Red Zone site secured for native plantings
26 Nov 2018
In two stunning moves for the environment, College will help revitalize 1.5 hectares in the Red Zone and replant 200sqm of river bank behind the swimming pool.
Tenei au, tenei au
Ka mihi ki a Ranginui
Ka mihi ki a Papatūanuku
Ka mihi ki a Tane
Kia tau, kia tau, kia tau.
Singing this waiata, College counsellor Wiremu Gray on Thursday blessed the river bank site behind the swimming pool, now cleared of blackberry and soon to be revegetated with native flora, grown in College’s own on site nursery.
The simple ceremony was performed with a dignity fitting the task ahead, when College’s Eco Action group will plant an estimated 200 toi toi, broad leaf, lemon wood, ribbon wood, five finger trees and other native varieties which once would have clothed the river banks.
The group will also be busy next year working with other schools planting a 1.5 hectare site between Brooker Terrace and Corser’s Stream in the Red Zone.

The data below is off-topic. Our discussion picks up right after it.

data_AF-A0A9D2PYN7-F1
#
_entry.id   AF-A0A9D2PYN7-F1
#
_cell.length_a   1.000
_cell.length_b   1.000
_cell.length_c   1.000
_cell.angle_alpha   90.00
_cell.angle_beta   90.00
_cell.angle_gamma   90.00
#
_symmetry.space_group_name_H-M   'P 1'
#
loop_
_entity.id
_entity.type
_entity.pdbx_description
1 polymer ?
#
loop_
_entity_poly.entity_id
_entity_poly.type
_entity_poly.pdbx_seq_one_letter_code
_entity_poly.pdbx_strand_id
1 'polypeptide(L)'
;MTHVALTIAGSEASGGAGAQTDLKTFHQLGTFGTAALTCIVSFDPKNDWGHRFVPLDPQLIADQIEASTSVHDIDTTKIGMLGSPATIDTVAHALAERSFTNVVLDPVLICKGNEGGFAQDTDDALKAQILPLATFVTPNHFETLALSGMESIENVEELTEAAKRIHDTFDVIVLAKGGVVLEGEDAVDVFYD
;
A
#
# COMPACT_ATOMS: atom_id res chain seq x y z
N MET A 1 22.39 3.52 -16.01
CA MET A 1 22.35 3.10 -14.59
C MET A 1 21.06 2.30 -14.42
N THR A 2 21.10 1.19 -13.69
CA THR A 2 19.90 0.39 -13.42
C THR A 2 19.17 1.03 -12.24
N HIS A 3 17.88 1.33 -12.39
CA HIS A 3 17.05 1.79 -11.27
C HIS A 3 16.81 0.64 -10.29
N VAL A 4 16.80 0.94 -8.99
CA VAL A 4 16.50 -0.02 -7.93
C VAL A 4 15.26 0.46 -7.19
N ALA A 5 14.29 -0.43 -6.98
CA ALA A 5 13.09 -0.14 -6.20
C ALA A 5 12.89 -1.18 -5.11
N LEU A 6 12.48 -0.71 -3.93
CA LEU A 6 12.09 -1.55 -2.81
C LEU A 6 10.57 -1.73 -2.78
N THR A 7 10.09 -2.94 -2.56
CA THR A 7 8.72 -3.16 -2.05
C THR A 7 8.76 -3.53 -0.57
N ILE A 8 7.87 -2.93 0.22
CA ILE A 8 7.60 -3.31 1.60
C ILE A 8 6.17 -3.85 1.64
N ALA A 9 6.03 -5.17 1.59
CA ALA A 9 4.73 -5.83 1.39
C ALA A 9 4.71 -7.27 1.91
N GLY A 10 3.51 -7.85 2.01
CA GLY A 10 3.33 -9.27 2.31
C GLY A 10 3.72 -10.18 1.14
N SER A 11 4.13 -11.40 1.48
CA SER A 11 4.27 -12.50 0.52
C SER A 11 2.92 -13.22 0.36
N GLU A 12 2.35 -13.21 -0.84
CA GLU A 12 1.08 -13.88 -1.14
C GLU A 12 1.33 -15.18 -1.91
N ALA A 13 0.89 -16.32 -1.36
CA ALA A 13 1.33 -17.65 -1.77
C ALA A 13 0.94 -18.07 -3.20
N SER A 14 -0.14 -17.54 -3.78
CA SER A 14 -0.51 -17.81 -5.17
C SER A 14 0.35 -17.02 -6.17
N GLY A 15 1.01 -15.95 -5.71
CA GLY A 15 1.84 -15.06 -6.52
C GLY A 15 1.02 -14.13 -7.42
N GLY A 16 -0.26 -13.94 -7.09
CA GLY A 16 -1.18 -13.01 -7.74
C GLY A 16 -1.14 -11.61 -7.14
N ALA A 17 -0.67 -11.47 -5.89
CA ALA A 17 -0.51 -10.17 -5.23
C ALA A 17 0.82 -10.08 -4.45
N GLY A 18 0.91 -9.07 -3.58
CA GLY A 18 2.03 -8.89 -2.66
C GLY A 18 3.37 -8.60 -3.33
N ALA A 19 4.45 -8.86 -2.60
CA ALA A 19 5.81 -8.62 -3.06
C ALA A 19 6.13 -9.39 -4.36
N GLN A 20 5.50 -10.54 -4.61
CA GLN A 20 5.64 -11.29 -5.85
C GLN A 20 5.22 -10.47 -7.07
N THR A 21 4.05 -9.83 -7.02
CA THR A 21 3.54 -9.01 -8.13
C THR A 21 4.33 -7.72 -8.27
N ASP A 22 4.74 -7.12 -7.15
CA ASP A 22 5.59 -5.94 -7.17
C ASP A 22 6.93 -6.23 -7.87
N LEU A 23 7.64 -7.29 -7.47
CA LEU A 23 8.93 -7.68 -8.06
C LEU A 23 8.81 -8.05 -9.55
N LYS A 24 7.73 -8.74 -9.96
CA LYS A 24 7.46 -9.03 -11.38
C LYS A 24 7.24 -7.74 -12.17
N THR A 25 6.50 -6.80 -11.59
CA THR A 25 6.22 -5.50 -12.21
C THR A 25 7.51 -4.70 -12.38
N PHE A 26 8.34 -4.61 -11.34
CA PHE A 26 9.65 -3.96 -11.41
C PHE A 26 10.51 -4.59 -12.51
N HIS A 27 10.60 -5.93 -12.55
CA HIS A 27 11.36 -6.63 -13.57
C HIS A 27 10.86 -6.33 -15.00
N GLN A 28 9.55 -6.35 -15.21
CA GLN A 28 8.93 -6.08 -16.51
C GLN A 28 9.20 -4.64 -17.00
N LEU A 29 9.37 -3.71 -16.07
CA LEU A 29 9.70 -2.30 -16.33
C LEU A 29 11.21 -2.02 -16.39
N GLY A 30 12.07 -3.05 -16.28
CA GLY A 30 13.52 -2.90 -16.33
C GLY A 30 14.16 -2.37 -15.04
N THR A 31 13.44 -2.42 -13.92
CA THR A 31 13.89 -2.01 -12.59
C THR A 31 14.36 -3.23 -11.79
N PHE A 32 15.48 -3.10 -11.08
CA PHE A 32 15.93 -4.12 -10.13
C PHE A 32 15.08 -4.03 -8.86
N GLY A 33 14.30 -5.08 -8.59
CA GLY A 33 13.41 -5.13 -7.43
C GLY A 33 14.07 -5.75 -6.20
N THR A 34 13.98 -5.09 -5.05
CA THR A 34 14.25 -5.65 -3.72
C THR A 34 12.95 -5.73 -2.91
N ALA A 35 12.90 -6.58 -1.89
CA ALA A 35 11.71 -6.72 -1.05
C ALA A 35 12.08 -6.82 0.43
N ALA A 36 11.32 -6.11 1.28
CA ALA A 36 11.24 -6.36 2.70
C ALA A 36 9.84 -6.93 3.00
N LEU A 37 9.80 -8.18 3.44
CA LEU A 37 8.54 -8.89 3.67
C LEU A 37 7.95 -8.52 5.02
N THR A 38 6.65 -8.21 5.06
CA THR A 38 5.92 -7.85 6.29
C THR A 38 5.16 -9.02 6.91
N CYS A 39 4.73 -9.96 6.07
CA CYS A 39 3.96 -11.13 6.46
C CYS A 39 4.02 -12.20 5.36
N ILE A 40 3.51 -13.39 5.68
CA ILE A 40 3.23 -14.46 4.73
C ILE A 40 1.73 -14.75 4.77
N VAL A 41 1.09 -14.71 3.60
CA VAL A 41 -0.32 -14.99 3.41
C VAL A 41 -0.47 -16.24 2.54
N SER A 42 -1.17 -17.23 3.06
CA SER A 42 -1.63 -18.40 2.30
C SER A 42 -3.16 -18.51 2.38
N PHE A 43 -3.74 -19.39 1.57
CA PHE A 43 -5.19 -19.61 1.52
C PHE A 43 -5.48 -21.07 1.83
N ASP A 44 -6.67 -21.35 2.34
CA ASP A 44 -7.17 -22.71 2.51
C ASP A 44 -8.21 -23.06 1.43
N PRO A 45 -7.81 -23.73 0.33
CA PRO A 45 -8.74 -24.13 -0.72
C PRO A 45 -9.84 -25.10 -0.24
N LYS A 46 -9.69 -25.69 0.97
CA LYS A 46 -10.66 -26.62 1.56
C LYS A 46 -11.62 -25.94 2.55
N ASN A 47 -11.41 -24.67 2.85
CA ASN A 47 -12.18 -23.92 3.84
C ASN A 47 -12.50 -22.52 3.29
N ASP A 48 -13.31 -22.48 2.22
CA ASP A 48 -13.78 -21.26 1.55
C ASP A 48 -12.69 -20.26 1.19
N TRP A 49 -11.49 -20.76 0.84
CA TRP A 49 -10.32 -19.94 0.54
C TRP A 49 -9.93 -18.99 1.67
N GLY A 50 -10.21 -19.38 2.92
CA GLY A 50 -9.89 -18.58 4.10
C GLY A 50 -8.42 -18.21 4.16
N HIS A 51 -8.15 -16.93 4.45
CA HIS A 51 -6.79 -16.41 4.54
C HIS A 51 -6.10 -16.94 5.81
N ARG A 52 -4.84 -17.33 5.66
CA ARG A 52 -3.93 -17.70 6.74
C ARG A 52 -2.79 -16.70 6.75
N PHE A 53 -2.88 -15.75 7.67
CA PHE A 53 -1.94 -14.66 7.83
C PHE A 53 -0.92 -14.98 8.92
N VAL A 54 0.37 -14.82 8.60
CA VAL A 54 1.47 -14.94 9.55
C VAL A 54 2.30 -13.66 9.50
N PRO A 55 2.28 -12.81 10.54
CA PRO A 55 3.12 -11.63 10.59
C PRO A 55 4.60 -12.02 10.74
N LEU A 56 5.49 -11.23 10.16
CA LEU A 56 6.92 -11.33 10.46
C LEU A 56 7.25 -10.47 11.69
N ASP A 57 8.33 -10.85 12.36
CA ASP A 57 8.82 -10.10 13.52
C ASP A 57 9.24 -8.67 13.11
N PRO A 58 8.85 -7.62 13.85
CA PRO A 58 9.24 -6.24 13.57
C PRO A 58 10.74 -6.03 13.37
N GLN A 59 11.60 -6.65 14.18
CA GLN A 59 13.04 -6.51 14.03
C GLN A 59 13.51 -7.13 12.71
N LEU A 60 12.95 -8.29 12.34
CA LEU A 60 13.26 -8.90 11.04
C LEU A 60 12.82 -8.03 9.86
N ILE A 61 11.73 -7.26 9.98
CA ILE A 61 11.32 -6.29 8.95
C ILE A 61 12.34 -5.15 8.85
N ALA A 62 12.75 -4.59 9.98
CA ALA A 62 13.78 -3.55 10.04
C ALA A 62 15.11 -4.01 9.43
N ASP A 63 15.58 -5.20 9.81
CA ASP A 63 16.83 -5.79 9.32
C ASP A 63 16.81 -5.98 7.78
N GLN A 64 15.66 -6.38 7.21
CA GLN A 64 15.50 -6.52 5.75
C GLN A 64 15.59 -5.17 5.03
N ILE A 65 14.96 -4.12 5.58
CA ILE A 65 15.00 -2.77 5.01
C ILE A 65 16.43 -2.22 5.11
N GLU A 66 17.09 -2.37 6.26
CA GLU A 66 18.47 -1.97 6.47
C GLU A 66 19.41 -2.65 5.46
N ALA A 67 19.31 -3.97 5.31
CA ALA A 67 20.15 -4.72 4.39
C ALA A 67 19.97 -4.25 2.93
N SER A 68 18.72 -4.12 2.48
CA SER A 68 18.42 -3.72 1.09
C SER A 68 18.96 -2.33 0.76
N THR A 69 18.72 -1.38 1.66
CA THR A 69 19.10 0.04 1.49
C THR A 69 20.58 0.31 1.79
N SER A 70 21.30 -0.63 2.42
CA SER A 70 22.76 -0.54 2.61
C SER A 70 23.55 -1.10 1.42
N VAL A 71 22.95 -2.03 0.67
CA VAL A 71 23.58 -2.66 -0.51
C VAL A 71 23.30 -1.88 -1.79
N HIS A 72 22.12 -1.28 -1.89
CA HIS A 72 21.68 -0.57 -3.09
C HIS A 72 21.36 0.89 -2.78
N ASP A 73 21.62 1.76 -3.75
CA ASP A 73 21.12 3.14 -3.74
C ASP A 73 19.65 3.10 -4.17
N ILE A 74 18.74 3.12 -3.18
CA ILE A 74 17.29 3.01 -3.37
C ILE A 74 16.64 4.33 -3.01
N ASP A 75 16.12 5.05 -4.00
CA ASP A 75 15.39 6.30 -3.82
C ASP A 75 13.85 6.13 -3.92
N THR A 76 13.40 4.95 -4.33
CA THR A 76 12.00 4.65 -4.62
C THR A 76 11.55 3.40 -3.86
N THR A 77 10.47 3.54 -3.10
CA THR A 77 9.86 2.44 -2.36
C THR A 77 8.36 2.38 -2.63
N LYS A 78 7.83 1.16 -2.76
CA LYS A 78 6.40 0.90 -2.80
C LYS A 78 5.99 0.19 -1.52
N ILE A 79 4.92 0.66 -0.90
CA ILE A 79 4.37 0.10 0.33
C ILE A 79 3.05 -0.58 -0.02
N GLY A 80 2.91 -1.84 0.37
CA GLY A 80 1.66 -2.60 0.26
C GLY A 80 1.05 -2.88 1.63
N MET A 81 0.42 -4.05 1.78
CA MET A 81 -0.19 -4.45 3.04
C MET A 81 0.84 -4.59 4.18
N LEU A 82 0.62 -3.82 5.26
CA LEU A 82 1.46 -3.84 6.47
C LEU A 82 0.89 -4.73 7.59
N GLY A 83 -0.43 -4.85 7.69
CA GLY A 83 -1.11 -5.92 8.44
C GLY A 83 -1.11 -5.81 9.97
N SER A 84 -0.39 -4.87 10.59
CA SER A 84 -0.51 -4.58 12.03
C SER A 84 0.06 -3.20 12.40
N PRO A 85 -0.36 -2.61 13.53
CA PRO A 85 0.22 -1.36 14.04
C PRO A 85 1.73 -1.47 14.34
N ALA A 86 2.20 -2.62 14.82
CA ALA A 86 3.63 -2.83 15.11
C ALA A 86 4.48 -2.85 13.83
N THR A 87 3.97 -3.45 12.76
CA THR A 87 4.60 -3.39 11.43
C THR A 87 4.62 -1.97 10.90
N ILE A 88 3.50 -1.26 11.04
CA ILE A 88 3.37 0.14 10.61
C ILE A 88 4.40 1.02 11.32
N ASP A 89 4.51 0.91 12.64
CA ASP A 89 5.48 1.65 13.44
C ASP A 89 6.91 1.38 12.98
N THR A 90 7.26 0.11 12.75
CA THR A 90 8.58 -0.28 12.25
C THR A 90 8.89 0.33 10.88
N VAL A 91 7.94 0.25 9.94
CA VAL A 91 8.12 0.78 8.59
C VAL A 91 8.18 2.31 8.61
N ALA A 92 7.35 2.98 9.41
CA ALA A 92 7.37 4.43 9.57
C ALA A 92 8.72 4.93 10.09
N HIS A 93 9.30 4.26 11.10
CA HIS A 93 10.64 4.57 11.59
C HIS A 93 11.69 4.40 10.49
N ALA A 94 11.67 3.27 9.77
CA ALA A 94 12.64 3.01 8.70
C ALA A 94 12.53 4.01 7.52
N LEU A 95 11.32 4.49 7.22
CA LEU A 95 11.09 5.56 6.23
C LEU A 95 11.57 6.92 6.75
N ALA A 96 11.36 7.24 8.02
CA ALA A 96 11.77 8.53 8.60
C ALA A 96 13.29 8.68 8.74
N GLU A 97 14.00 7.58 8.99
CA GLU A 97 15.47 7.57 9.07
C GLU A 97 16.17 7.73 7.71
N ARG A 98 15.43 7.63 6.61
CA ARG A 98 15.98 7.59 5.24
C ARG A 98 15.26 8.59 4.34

David Newton, HoD Physics, whose son James was head of the Environment Committee in 2017, says this major project has resulted from a lease signed by Avon Otakaro Forest Park and LINZ, and is designed to encourage native birds and other fauna to the locality.
College is well placed to assist having its own seedling nursery and 2,500 trees already under way.
“We plan to expand the donation platform started by James and the Environment Committee where trees are ‘sold’ and planted as a cash donation,” says David.
The scheme has worked very successfully in the past and with the nursery expertise to grow upwards of 6000 trees a year, College will be able to supply other school nurseries with 400 tree seedling starter kits.
“These schools can then use their own networks to ‘sell’ trees planted to help fund their ongoing operation.
“Next year with support from the Boarders-- it is envisaged about 30 boys will be able to spend two-hour blocks on site on a Sunday -- and hopefully boy labour from the Immerse and Inspire programme, we expect to make a real difference in this location,” he says.
The area will be landscaped to create native tree picnic rooms for the public, and is expected to be a popular place for families to have fun.